Proper placement of the blind will increase your odds of success.
The final step is placing the blind in the proper location within the plot. This requires forethought on which wind is needed to approach, hunt, and exit undetected. Some of our blinds allow us to leave the blind even when deer are present because of terrain features. Other blinds may require the hunters to be dropped off and picked up. Instead of the hunters spooking deer as they leave, a vehicle clears the field so hunters may leave cleanly.
Successful hunts don’t often come without work and a well designed plan. Efficiently monitoring deer movements, reacting quickly, and hunting smart are steps we follow each season. This multistep process can be repeated anywhere!
Safe and successful hunting,
I’ve got to keep it brief today! The sound of sprinkles are chiming off the tin roof. The Proving Grounds hasn’t experienced rain in weeks. This rain isn’t going to end the drought, but we are hopeful it will refresh our planted food plots as well as give life to seed we plan to broadcast.
This camera was placed to overlook an entire food plot. It captured MRI of a buck we call Handy.
In final preparations before season opens we are adjusting our trail cameras to provide us with the Most Recent Information (MRI) throughout the entire season. This means placing our Reconyx cameras on scrapes or monitoring food plots using the time lapse feature.
The time lapse feature on trail cameras is an extremely valuable tool to deer hunters. When cameras are placed properly overlooking a field on the time lapse feature they replace the need for humans to scout. The trail camera gathers more information about when deer are coming and going, feeding, as well as entering and exiting the field in a week’s time than a personal scouting trip into the field. Not to mention they are scent free.
We place trail cameras high in trees and set them to take photos on five, ten, or fifteen minute intervals for the first few hours of daylight and then again during the last few hours of daylight. This provides us the information we need to hunt successfully. Our hunting strategy discourages hunting directly over food plots, but these trail cameras show us which trails deer are using as they enter the plot. With this data we can select the stand that will intercept those deer as they make their way to the food plot. Hunting deer in transition allows the food plot to remain a safe feeding destination, ensuring deer keep returning.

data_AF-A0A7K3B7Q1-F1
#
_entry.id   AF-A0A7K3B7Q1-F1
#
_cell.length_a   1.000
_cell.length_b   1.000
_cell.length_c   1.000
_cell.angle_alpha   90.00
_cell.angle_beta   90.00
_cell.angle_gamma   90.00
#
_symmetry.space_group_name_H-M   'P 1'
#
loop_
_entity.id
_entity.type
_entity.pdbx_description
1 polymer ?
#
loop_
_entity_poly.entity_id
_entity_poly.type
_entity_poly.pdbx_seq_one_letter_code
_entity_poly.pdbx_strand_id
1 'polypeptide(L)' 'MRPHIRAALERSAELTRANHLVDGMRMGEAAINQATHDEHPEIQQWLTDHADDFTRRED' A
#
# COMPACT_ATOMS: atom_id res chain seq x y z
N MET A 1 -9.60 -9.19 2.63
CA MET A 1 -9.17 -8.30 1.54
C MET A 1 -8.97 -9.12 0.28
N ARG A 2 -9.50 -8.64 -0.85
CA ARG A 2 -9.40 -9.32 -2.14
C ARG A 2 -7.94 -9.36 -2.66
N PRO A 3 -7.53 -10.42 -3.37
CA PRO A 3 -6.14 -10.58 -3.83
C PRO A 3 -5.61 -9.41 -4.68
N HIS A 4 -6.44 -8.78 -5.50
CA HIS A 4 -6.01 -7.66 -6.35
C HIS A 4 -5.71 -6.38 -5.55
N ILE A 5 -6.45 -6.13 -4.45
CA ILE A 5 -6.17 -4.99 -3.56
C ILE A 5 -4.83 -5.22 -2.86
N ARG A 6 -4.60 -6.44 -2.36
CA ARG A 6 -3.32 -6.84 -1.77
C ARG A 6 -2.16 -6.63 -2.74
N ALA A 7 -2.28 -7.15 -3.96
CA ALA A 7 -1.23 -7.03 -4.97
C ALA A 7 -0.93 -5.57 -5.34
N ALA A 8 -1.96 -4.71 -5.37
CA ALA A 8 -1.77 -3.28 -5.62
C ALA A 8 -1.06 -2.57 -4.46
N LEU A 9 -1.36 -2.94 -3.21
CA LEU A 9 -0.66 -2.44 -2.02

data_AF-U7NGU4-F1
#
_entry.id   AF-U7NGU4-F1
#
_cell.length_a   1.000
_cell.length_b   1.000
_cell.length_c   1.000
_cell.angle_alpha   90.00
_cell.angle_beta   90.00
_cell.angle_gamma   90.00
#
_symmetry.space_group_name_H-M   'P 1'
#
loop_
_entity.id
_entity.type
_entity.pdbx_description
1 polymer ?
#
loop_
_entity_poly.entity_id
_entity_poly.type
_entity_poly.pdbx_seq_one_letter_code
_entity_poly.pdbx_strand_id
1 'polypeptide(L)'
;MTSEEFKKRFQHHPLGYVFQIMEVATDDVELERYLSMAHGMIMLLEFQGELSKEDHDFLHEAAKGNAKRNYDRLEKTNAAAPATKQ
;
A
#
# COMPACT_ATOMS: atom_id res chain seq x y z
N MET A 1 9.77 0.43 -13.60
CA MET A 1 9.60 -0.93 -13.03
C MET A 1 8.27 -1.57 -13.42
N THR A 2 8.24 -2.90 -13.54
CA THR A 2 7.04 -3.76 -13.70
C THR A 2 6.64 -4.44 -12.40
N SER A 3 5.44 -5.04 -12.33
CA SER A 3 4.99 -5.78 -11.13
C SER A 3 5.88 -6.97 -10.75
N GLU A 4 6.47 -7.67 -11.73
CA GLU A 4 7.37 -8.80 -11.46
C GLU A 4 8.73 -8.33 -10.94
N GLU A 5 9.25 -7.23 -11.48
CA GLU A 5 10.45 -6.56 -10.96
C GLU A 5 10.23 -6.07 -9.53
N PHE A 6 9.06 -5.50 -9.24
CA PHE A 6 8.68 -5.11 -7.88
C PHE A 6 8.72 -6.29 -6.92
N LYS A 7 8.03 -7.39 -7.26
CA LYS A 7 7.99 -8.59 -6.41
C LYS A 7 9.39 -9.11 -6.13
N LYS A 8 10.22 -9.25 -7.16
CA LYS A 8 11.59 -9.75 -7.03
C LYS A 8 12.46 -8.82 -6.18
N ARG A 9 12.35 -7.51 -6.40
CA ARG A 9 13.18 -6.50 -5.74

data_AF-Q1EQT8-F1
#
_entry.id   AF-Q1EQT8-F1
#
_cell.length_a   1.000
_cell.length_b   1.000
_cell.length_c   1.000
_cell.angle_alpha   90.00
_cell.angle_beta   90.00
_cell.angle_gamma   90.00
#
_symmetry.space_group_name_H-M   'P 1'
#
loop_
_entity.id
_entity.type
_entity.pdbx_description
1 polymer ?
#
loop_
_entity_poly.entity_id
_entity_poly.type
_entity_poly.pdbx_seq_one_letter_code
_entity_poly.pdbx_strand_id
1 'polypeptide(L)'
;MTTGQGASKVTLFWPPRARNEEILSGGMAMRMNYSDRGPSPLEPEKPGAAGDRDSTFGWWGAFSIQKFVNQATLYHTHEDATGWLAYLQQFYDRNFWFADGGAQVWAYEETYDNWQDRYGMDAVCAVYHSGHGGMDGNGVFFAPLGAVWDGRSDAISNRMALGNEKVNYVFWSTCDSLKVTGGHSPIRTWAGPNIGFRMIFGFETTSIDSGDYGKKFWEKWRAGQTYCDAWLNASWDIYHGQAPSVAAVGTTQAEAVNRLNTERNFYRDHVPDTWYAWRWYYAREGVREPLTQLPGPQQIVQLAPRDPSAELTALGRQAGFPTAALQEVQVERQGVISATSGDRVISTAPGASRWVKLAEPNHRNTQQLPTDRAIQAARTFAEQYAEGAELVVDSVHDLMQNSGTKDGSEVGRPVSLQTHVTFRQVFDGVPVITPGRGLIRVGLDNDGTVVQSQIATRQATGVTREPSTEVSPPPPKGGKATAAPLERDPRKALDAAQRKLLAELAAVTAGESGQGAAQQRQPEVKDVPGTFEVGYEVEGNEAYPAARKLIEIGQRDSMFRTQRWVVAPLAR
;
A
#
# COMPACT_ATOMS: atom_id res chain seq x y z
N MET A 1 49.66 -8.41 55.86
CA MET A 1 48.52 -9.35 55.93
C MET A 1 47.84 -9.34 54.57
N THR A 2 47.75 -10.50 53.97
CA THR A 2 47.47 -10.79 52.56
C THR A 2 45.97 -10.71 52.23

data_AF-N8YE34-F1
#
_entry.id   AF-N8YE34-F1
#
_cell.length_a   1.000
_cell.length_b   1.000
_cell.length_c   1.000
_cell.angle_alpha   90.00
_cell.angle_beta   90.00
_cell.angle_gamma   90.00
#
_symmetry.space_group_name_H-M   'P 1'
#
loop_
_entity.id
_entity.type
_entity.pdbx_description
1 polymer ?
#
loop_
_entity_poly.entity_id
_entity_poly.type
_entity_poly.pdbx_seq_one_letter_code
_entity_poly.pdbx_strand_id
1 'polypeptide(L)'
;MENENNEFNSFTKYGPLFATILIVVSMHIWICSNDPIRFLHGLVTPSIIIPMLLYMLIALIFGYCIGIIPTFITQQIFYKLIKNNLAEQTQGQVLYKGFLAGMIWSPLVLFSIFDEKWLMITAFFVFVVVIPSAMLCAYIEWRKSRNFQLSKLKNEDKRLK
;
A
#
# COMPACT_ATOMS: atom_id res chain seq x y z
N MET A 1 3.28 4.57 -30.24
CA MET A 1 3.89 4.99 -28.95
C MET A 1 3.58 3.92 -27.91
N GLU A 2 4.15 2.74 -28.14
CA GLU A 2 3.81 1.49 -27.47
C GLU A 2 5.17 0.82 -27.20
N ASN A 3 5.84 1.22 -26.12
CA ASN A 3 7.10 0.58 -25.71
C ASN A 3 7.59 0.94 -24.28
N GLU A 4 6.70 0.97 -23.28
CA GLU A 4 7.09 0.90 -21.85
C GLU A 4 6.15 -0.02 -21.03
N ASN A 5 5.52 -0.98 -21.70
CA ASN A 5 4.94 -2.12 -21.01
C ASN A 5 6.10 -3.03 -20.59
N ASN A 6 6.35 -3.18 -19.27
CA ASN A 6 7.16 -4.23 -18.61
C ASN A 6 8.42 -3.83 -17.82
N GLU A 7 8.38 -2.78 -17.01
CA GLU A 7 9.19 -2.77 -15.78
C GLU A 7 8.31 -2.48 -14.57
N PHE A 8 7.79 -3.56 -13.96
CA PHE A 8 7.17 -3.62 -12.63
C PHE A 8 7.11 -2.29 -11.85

We’ve used this strategy for years and much of our success is based around gaining MRI and adapting quickly to changes just as deer commonly do. Prior to season, set your trail cameras to cover large food plots using the time lapse feature. Scout scent free all the way through the season, gaining valuable MRI day by day.
Rain is coming in, so the seed must get sown!
Enjoying Creation together,
Many states will be opening up bow seasons in the next few weeks. This is an exciting time for deer hunters to capitalize on late summer deer patterns. The days are long during this portion of season, therefore daylight activity is more common. A typical early season stand may be positioned near a food source where hunters have seen their prize feeding for months. This is typically a great location to be hunting when conditions allow.
As deer begin to shed summer coats and put on their winter coats, changes in activity can be seen. The food source may not change, but the activity level of deer do. Early season is known for its warm temperatures. As hunters we experience this as we attempt to not sweat, while deer may alter their movement patterns. Their heavier winter coats tend to make deer move more during the last few moments of light when the temperatures are cooler.
Just as the deer are adapting, we as hunters must as well. Hunting closer to the edges of bedding cover may result in more punched tags. Cutting the distance between feeding to bedding is a great option when the thermometer rises. Although this may sound simple, a few extra steps should be taken to ensure your success.
The approach and exit to this setup should not interfere with any deer. In some cases it may be the best practice to cut in a trail to the stand before season begins. Blowing out the trail of any sticks or leaves will result in a silent approach and exit. Being cautious of your scent is just as important. Just as you play the wind during a hunt, make sure the wind allows you to move safely without alerting deer.
Understanding and anticipating how deer will react to changes in conditions will make you a better and more successful hunter.